4 cups of cooked white or brown rice Nori


Grilled and salted salmon

Onigiri (rice balls)

While it is hard to get the hang of at first, you will find that the traditional triangular shape is a natural fit for your hands. Alternately, you can buy an onigiri press at your local Asian grocery store, which makes perfectly formed onigiri.

Ideally, this is to be made with fresh, hot rice. However, I find that just-cooked rice is too hot to handle. I like to stand by the sink and wet my hands with cool running water, then dipping my hands in a dish of kosher salt. This keeps the rice from sticking to my hands, and lends a nice flavor to the rice. Ladle a scoop of the hot rice onto one cupped hand, and gently press to form a ball. To fill the onigiri, press a thumb into the ball, and fill with your choice of filling. Add a little rice to fill the hole, or, simply form the onigiri around the filling. Press the onigiri into a 3” x 3” triangle. The texture should be firm, but not hard. With your very first onigiri, you’ll get accustomed to the amount of pressure needed.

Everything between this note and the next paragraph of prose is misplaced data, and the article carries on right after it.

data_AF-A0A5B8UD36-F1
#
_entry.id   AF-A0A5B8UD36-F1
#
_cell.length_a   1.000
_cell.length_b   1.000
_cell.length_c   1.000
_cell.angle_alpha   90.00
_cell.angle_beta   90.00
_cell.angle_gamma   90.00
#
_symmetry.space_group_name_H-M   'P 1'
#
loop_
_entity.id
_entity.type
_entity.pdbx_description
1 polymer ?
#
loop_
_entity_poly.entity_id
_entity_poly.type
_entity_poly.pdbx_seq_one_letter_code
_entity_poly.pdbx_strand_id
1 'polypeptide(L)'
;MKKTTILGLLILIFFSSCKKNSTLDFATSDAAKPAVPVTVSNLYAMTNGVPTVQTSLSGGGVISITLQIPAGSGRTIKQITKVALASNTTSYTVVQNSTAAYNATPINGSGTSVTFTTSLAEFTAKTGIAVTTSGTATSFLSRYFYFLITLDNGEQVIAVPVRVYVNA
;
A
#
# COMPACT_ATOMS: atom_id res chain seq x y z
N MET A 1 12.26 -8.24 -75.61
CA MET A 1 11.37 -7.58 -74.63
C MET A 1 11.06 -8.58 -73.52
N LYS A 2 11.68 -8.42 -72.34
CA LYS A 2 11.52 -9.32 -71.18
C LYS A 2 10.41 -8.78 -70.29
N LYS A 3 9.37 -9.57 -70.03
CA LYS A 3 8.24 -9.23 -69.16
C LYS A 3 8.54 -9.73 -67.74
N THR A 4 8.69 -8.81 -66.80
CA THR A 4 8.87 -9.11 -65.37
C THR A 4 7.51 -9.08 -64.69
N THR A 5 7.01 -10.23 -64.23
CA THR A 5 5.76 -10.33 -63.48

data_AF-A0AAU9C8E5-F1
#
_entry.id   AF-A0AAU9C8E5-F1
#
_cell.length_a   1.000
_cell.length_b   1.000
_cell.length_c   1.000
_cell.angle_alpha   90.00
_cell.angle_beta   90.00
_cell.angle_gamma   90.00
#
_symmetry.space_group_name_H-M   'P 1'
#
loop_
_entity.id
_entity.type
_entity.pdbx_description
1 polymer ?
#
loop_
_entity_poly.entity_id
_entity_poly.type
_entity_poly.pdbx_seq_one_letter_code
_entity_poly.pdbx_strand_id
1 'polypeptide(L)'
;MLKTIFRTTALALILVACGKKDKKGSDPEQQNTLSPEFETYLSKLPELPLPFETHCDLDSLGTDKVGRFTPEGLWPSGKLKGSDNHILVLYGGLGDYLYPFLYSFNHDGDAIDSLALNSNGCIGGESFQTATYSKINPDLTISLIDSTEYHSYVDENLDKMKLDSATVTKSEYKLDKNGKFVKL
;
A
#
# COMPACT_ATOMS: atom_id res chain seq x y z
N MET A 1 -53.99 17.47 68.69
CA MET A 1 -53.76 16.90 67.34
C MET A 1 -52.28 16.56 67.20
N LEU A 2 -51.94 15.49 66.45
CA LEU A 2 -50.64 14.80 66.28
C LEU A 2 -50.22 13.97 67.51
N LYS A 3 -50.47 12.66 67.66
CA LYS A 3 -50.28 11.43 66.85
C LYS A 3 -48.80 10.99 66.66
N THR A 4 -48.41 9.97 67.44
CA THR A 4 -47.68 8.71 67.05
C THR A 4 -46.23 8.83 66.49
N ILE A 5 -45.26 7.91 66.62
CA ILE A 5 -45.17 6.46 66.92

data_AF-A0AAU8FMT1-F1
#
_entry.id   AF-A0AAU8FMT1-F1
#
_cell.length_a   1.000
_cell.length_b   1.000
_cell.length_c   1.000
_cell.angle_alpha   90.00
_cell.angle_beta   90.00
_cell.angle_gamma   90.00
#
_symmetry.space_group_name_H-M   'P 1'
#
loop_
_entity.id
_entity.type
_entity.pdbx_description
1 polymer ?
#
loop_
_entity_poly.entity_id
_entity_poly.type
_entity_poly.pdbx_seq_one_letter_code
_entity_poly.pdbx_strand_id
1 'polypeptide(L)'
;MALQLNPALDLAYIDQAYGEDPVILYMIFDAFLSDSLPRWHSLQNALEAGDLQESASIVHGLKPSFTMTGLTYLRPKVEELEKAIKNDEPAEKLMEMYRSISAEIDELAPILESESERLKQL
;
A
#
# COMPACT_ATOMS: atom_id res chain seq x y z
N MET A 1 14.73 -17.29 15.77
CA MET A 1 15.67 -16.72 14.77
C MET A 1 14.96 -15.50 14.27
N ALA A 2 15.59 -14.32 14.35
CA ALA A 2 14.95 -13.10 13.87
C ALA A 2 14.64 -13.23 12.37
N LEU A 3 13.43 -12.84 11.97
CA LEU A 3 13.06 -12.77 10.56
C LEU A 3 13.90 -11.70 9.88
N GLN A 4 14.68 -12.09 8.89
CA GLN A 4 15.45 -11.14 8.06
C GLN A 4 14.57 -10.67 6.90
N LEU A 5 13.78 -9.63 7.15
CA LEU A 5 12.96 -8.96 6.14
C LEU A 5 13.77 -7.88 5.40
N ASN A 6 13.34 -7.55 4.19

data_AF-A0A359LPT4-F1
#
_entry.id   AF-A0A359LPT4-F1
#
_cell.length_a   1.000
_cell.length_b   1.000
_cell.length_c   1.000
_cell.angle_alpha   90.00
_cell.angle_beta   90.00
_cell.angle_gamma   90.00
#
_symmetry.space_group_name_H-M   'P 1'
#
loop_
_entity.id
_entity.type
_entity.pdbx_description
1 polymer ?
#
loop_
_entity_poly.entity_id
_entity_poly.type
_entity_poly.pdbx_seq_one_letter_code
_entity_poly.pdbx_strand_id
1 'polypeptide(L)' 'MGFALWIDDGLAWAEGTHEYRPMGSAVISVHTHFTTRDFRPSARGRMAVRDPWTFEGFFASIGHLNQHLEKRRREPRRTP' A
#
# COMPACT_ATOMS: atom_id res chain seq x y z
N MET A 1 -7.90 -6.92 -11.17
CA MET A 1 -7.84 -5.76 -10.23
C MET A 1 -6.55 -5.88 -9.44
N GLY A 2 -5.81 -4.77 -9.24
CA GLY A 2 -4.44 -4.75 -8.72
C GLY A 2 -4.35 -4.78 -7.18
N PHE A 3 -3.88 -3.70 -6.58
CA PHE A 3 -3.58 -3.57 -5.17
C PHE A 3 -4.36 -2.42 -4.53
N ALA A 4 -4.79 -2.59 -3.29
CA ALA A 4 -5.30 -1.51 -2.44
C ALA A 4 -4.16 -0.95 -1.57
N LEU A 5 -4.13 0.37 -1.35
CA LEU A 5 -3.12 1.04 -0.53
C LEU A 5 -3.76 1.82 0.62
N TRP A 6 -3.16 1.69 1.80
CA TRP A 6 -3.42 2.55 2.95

Place the completed onigiri into a lunch box or on a serving plate. Rinse your hands, and then repeat. To serve, cut nori into convenient sized rectangles, and have each diner wrap his/her own onigiri with one or two pieces of nori. This nori not only adds a nice flavor and texture, it keeps the diner’s hands clean and un-sticky. You’ll find it better to place the nori on the onigiri immediately before eating, as I prefer the almost crispy texture to the soggy kind.

In the sidebar, you’ll find the most common fillings, but feel free to improvise. If it tastes good with rice and is salty, it would make a good filling for onigiri.

Makes about 4 onigiri